May 1, 2003
by Simon Weinberg, DDS, FRCD(C), FICD, FADI
Allegedly motivated by budgetary constraints and a proposed change in the focus of its service programs, the impending closure of the internationally-renowned oral and maxillofacial surgery program and its parent Dental Department by The Toronto General Hospital, University Health Network, should send a clear message to the public, the dental profession and the specialty as to just how unimportant and dispensable our services are in the minds of our medical colleagues and hospital authorities.
Oral and maxillofacial surgery training has a long, tenuous and checkered history at The Toronto General Hospital. Originally established in the mid 1950s by Albert Antoni at The Toronto General Hospital and The Faculty of Dentistry, the history of Canada’s first three-year, post-graduate oral and maxillofacial surgery program was in the early years marked by intermittent inter-specialty rivalry, discord and conflict. The specialty was clearly not fully accepted in the hospital milieu as a service of equivalent value to the other surgical specialties, but reluctantly tolerated as the proverbial fifth wheel and so it remains in some hospitals even to this day.
The Toronto General Hospital and the now defunct Doctors Hospital were the major sites for clinical training and nearly 100 oral and maxillofacial surgeons practicing in Canada, the United States and many other parts of the world received their specialty training in these venues. Over the years, under the leadership and guidance of some of the titans of Canadian oral and maxillofacial surgery such as Albert Antoni, Peter Smylski, Jack Symington and more recently the youthful talent of Cameron Clokie and George Sandor, the oral and maxillofacial surgery program at The Toronto General Hospital continued to develop and flourish, placing its emphasis on service, teaching, education and research and enabling it to reach its current status where it enjoys a world class reputation and stands shoulder to shoulder with the finest oral and maxillofacial surgery graduate training programs in North America.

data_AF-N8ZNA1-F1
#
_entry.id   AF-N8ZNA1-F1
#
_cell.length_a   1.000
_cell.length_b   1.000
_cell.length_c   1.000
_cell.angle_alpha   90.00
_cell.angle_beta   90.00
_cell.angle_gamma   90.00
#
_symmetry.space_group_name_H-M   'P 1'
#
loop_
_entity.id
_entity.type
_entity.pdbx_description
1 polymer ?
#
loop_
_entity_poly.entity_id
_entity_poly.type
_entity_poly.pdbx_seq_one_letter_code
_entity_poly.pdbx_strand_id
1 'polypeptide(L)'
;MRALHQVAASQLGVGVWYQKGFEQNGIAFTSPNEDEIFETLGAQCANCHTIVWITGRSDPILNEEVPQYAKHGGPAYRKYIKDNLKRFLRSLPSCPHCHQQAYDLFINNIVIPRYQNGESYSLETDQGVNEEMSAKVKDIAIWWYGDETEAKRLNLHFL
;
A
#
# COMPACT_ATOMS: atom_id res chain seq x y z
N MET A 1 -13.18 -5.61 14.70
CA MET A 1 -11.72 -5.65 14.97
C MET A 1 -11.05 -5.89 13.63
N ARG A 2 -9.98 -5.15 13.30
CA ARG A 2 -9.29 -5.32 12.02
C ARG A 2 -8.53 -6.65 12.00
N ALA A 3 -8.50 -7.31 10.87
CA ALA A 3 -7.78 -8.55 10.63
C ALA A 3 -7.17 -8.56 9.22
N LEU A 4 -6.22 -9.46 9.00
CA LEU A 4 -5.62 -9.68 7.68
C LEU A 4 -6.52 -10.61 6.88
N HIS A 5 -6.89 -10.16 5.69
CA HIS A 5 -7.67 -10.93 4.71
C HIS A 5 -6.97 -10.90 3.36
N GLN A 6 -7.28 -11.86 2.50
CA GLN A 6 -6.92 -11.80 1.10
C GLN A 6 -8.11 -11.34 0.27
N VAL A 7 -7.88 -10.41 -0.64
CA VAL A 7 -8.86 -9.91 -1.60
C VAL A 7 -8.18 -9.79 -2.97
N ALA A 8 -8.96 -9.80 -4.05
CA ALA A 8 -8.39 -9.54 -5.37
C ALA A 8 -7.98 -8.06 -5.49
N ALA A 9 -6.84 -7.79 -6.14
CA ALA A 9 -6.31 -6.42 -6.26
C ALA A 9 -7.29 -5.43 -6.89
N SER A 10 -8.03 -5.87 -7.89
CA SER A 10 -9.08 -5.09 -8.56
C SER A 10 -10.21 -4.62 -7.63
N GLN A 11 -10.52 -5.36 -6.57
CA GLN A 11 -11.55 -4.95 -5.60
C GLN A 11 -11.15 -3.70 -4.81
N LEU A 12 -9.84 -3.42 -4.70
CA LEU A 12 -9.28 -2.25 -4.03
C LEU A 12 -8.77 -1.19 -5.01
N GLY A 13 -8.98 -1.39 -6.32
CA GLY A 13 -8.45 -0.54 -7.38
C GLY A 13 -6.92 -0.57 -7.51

How sad then, that a program of this international stature has been cut loose and set adrift without so much as a life preserver from its potential political rescuers at Queen’s Park, and how sad also that the powers that be pay little heed to the legendary history and prestige of this program, the matriarch of Canadian oral and maxillofacial surgery programs and one of only five such training centres in the entire country.
Expectedly, oral and maxillofacial surgeons and other dentists throughout the country have expressed shock and disbelief that such a drastic step has been taken and the point is, it was so easy to do, particularly in the absence of effective advocacy and the essential aid of the provincial government. I feel confident, however, that another home will be found for this illustrious program and I hope wherever it is, that this program is enthusiastically received and shown the appreciation, support, nurturing and respect that it so rightly deserves.
Let’s hope that this does not spell the beginning of the end but rather the end of the beginning.